Against the Odds: Selling a SaaS Business to a NASDAQ Company

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About Our Guest

Cheryl Contee is the Chief Innovation Officer of The Impact Seat, which invests in women-led and women-of-color led innovative startups.

Cheryl is also the award-winning Founder and Chair of Do Big Things, a digital agency that creates new narrative and new tech for a new era focused on causes and campaigns.

Apart from these, Cheryl is also the co-founder of Fission that helped the world’s leading non-profits and foundations design digital ecosystems that create change globally. Cheryl was a co-founder of social marketing software Attentive.ly, the first tech startup with a black female founder on board in history to be acquired by Blackbaud, a NASDAQ-traded company. Attentive.ly was bootstrapped within, and then split off from Fission using venture capital.

Cheryl has been listed among The Influencers 50 in Campaigns and Elections magazine. She was named as an Affiliate of Harvard University’s Berkman Center for Internet & Society. She was inducted into the first The Root 100 list of established and emerging African-American leaders. Huffington Post included her as one of the Top 27 Female Founders in Tech to Follow on Twitter in 2011, as did Black Enterprise. Fast Company named her one of their 2010 Most Influential Women in Tech.

Cheryl has been featured in many media outlets including Washington Post, New York Times, Vanity Fair, San Francisco Mag, C-SPAN, Black Enterprise, BBC, MSNBC & CNN. She serves on several boards and advisory committees including Netroots Nation & Greenpeace USA.

She is also the author of the Amazon bestseller, “Mechanical Bull: How You Can Achieve Startup Success.”

About this Episode

Against the Odds: Selling a SaaS Business to a NASDAQ Company

Did you know, more people have been to the moon - 17 people in fact - than do what our latest guest, Cheryl Contee did?

Attentive.ly, a SaaS company providing social listening services for non-profits was the first tech startup with a black female founder in history to be acquired by Blackbaud, a NASDAQ-traded company.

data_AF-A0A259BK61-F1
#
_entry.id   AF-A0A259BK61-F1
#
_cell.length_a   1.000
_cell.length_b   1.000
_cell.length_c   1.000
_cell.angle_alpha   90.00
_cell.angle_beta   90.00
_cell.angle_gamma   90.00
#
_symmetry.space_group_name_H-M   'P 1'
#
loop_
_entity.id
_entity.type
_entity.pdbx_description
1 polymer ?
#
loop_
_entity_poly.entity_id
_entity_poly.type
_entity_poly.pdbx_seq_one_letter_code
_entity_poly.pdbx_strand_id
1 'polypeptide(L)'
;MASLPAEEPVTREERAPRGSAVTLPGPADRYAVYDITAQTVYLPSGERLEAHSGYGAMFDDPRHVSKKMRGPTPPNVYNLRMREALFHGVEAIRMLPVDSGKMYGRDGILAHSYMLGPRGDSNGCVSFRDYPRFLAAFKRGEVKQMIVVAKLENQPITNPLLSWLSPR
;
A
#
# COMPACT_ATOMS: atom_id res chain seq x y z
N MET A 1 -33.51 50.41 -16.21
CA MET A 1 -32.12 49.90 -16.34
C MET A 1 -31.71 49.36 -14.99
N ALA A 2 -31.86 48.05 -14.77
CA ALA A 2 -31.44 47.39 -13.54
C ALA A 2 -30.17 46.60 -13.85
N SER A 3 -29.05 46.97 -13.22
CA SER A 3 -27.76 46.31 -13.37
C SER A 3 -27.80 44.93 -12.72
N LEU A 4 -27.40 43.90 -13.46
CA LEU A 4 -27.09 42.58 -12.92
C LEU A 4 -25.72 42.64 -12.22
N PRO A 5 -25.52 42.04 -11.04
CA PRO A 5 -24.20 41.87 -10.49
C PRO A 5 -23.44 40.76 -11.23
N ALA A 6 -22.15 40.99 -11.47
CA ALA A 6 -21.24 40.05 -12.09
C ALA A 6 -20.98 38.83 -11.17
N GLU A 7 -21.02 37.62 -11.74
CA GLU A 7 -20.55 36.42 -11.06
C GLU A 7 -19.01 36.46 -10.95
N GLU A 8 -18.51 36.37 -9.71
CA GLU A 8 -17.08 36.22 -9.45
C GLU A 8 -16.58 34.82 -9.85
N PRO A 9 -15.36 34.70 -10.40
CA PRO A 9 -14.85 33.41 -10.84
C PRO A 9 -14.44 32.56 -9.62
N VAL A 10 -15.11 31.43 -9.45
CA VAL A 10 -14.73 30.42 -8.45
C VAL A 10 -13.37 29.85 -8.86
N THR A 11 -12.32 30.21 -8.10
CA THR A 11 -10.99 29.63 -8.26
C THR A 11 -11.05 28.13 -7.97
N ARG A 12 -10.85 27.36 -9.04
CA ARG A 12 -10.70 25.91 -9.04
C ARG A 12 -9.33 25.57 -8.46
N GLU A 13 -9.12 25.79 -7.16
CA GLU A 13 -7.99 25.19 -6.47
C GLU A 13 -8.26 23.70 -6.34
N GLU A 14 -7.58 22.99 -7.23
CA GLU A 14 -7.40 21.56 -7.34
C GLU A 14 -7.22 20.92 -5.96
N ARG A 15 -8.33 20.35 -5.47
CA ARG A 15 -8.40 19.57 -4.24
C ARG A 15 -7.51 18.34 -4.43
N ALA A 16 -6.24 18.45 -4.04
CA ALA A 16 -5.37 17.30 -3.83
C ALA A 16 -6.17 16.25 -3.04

And it wasn’t easy. With only 2-4% of venture capital (any kind) goes towards female founders of businesses (even though women buy 75-80% of everything), Cheryl and her business partner proved that not only is it possible to invest in a team that looks completely different to the norm and still produce a good result, but it’s very likely going to pay off.

What you will learn in this episode

In this episode we’ll cover everything from:

  • Lower churn in your SaaS app
  • Evaluate an M&A professional to sell your company
  • Leverage the power of relationships to find an acquirer
  • Get an acquirer to reveal their product roadmap
  • Ensure an acquirer doesn’t decide to compete with you
  • Think about the four types of financial outcomes from selling your business
  • Avoid the biggest regret Cheryl has about her exit

Connect with Cheryl Contee

Show Notes

(4:45) With her foot in the door of marketing and technology, but also the non-profit sector, Cheryl was able to tap into an $800B a year industry with her SaaS company, Attentive.ly.

(16:13) Learn what it means to be an intrapreneur. This is sage advice for anyone looking to go off on their own, or pivot from their current career.

(27:32) It takes an average of 7 introductions to get funding for a white female entrepreneur. It takes 50 to get funding for a black female entrepreneur.

(29:21) Diversity makes you richer. Studies have proven they’re more innovative, more productive, and more profitable. So, if you want ROI, you need DEI.

(36:49) Every tech entrepreneur faces a decision at some point: To raise again or to exit. Here’s how Cheryl navigated this when she came to the crossroad.

(45:37) A number is what a company is willing to pay for another company. Cheryl’s number involved her investors, her and her business partner’s payout, as well as their impending runway. Here’s how she came up with it.

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